How many fruit trees do I need to plant to have fruit?
This question comes up each year as people start thinking about planting fruit trees. Most have heard you need to plant two trees to have fruit, often assuming you need a “boy” tree and a “girl” tree. This is not quite correct. You do need two trees for producing many tree fruits but it has nothing to do with gender.
Most fruit trees are neither male nor female as their flowers contain the reproductive structures, stamens and pistils, for both sexes. These flowers are referred to as perfect. However, the individual trees of some fruit tree species will not accept their own pollen and for these you do need two trees. These are called self-sterile fruit trees and include apples, pears and hybrid plums cultivars.
To obtain fruit from self-sterile trees, you must plant two trees, but these trees must be two different cultivars, not merely two different trees. If you want fruit from a ‘Haralson’ apple, you have to plant another apple cultivar near it, ideally within 50 feet. Just having two ‘Haralson’ apple trees will not result in apples, only flowers. To further complicate the process, if you have a ‘Haralson’ and a HaralredR apple tree you will still not receive fruit as the HaralredR originated from a ‘Haralson’ apple tree so they are too closely related to pollinate one another. Two other popular apples, ‘Fireside’ and ‘Connell Red’ share the same problem, they cannot pollinate one another. Another challenge to selecting apple cultivars are you must not only have two different, and unrelated, apple cultivars, but the trees must be blooming at the same time. A ‘State Fair’ apple tree, in which the fruit ripens in August, may be finished blooming before a ‘Haralson’ which fruit ripens in early October, begins to flower. Usually it is not a good idea to assume an early season apple will pollinate a late season.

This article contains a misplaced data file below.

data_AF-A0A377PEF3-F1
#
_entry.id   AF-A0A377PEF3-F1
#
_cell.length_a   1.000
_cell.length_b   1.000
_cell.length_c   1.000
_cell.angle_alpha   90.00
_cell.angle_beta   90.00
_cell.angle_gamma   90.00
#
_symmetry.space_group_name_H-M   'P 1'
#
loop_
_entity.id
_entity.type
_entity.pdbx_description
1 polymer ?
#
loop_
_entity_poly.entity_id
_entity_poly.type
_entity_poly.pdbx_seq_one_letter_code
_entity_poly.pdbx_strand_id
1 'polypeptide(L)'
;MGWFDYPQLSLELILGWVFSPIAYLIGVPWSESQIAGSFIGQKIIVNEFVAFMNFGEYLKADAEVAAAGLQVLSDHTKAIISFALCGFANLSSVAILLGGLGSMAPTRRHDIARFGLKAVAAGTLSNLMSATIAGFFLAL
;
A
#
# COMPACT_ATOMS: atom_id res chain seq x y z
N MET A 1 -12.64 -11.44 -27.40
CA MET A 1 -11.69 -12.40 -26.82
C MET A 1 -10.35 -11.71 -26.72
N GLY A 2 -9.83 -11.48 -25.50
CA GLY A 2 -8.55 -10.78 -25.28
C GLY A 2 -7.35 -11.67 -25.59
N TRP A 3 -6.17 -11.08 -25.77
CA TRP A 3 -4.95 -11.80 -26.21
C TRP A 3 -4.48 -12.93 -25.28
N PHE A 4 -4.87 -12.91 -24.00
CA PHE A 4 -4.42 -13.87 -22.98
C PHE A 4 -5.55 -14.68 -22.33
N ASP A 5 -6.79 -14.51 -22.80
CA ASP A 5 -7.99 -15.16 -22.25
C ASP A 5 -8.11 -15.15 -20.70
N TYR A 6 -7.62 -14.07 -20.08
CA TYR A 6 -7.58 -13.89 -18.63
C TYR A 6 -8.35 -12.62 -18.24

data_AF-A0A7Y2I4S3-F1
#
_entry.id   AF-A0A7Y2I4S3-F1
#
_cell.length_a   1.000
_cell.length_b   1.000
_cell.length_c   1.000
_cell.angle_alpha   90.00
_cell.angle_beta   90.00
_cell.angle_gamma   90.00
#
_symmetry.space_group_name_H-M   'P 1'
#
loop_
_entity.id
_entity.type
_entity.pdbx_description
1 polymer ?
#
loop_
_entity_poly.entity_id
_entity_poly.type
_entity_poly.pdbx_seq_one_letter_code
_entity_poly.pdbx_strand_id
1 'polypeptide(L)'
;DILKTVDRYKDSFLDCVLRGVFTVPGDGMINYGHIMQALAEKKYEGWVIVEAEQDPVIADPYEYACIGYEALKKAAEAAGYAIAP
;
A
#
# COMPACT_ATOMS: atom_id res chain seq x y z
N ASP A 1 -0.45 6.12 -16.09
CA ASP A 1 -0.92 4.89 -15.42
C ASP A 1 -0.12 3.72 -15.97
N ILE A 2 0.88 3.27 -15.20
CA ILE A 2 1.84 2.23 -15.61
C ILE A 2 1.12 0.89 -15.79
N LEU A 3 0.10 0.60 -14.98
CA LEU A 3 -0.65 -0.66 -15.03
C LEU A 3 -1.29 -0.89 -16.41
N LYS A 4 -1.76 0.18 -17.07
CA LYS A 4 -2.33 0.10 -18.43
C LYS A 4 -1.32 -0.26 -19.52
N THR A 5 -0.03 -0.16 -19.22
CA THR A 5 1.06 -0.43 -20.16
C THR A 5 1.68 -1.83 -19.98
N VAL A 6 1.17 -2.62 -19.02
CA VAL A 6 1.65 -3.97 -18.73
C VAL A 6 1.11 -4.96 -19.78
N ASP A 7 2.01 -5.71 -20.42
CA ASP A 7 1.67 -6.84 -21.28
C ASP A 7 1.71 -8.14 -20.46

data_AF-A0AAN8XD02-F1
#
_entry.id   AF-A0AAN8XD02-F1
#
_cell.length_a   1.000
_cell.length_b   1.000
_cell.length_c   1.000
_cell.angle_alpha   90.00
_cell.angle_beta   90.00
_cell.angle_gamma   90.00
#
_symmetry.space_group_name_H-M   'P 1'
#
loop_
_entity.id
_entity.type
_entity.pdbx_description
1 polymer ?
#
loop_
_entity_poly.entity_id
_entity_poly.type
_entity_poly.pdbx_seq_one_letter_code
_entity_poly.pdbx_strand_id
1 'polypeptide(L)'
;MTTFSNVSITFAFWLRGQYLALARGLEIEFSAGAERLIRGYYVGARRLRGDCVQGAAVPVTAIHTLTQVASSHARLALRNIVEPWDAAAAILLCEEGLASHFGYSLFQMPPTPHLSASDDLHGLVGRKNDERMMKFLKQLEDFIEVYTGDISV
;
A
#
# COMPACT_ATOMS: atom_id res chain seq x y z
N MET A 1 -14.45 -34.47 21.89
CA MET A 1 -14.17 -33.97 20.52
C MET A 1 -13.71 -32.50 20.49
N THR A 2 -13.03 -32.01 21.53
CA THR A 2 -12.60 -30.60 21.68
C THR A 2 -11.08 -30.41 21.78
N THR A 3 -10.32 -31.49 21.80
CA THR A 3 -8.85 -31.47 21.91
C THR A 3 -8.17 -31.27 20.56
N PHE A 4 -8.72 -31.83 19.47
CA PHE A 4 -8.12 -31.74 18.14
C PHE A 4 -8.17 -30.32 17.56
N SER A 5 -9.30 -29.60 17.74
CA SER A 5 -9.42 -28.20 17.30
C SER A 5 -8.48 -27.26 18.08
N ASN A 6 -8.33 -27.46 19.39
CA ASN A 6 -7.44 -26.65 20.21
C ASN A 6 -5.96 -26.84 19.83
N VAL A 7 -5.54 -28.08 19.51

Pears and hybrid plum bloom within narrow time periods so the flowering of their many cultivars will generally overlap. However, some cultivars are better pollinators than others and some trees do not produce viable pollen at all. One of the best pollinators for plums is ‘Toka’ and is a good choice for any plum orchard. ‘LaCresent’ and ‘Superior’ are two popular plums but these share a similar parentage and cannot be used to pollinate one another.
Most pear cultivars are compatible with one another, the two exceptions being ‘Gourmet’ and ‘Luscious’ which are pollen-sterile. This means that neither of these trees will serve as a pollen source but will accept pollen from another cultivar.
Apricots are generally not self-sterile but the two cultivars frequently planted in our region ‘Moongold’ and ‘Sungold’ must be planted together to ensure fruit production. The majority of other apricots are not self-sterile but many are not as hardy to our region.
There are also fruit trees that are self-fruitful rather than self-sterile. These fruit trees are able to pollinate themselves so you only need the one tree to have fruit set. The fruit trees in our region that are self-fruitful include European plums and sour (pie) cherries.